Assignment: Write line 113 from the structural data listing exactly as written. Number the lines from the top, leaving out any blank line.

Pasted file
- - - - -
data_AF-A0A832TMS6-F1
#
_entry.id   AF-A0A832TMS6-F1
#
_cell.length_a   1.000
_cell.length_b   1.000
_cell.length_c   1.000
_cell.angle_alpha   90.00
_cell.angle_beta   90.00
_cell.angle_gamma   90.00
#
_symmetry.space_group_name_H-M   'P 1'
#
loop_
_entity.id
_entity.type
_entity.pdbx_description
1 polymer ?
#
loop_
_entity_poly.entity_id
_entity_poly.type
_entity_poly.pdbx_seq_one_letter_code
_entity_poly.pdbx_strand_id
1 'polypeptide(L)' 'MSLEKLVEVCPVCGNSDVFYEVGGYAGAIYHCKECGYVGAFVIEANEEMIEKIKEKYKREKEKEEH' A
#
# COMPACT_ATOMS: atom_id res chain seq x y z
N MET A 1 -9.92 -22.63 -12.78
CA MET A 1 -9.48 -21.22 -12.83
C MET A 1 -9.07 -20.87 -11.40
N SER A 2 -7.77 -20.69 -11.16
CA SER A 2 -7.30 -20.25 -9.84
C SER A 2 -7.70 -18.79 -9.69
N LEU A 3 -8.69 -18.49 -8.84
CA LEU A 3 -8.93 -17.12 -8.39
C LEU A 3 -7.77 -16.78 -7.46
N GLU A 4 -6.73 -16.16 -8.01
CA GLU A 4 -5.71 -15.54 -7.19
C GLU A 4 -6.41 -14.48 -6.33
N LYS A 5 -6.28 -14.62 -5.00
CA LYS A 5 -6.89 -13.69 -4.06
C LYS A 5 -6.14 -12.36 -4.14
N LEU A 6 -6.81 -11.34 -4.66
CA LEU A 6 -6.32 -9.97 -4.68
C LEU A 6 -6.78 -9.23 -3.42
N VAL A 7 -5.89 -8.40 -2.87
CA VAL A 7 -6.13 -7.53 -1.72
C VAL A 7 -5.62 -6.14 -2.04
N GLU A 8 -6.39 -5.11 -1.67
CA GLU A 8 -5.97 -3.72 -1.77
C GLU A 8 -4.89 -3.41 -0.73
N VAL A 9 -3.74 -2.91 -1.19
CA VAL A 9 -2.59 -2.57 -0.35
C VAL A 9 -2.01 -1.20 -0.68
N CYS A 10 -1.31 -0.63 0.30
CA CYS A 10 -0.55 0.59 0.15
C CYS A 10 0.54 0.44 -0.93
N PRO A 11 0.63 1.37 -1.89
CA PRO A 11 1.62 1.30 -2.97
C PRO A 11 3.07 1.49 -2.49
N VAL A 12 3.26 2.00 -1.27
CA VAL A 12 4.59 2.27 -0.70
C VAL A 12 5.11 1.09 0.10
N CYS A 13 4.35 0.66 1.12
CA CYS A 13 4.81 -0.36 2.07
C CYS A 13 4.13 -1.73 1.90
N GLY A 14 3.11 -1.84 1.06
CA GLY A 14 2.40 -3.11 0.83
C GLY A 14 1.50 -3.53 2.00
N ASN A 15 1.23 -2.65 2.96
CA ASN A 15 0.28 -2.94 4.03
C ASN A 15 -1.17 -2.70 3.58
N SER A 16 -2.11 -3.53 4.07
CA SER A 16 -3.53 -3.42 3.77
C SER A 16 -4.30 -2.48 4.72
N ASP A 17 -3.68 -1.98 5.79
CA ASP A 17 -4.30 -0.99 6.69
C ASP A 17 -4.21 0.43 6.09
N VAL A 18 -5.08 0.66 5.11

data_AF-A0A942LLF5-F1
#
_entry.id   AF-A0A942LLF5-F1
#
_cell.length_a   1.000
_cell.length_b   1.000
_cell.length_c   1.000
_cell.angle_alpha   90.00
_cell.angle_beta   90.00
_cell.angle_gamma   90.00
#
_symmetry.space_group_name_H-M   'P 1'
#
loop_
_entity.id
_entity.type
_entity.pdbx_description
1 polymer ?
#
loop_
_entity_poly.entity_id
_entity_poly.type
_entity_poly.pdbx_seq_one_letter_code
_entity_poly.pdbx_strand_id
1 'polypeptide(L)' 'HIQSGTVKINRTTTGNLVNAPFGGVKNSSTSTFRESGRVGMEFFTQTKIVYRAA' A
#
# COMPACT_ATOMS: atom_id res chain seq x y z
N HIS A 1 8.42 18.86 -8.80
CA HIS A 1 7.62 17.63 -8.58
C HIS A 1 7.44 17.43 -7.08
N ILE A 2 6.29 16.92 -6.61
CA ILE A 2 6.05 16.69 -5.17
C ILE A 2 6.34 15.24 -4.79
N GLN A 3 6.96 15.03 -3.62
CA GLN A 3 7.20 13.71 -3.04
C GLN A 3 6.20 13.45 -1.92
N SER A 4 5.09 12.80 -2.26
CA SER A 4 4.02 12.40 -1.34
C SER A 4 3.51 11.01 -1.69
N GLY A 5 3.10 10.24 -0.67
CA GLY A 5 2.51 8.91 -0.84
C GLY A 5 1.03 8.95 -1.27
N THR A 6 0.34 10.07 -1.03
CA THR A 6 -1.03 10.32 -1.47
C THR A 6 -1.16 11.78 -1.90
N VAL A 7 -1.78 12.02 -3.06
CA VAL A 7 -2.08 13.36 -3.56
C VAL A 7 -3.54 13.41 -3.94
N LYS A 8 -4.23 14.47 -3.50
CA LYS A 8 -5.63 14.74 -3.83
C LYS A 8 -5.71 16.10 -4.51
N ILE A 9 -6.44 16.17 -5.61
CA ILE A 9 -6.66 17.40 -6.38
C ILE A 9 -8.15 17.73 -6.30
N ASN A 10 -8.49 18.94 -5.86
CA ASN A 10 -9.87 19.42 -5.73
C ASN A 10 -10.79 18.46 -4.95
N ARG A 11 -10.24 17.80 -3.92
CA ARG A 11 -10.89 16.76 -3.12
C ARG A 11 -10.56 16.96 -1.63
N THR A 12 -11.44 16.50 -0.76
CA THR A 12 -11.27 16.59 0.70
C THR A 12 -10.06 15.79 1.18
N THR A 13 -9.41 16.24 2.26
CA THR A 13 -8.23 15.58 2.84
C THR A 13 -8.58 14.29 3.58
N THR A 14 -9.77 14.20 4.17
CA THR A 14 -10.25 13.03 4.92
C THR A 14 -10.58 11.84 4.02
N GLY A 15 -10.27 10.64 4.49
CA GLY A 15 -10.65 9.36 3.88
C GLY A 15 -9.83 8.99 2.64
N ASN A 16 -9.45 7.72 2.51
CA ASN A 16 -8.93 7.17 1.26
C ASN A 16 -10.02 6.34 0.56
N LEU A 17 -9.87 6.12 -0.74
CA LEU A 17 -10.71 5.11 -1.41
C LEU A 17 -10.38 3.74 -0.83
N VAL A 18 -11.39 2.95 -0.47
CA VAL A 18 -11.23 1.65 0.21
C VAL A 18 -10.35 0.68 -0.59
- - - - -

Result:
N GLN A 3 6.96 15.03 -3.62